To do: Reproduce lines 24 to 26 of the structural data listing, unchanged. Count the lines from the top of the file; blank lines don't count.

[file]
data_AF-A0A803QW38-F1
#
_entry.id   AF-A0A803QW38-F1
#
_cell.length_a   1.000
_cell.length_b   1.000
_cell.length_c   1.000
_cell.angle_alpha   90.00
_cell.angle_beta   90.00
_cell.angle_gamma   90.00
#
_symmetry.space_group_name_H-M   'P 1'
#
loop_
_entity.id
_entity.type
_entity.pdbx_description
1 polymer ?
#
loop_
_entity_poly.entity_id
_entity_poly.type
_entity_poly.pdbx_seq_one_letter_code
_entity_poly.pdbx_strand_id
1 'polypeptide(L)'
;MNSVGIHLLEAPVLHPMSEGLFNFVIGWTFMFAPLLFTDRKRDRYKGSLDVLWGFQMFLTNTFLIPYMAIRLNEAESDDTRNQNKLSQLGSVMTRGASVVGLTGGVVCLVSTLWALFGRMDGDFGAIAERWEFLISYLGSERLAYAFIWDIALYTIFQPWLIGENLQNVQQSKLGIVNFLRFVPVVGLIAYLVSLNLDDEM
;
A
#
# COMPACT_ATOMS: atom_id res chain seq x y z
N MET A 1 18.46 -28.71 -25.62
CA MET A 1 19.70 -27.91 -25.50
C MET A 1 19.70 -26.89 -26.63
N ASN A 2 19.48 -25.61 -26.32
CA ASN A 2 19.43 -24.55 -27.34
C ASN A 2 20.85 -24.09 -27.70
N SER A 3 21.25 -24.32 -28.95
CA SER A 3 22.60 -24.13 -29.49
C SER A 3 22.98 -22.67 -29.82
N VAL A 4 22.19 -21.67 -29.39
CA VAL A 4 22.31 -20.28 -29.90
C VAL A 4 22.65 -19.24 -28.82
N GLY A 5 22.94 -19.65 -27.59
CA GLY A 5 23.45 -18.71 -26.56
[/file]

_entity_poly.pdbx_strand_id
1 'polypeptide(L)'
;MNSVGIHLLEAPVLHPMSEGLFNFVIGWTFMFAPLLFTDRKRDRYKGSLDVLWGFQMFLTNTFLIPYMAIRLNEAESDDTRNQNKLSQLGSVMTRGASVVGLTGGVVCLVSTLWALFGRMDGDFGAIAERWEFLISYLGSERLAYAFIWDIALYTIFQPWLIGENLQNVQQSKLGIVNFLRFVPVVGLIAYLVSLNLDDEM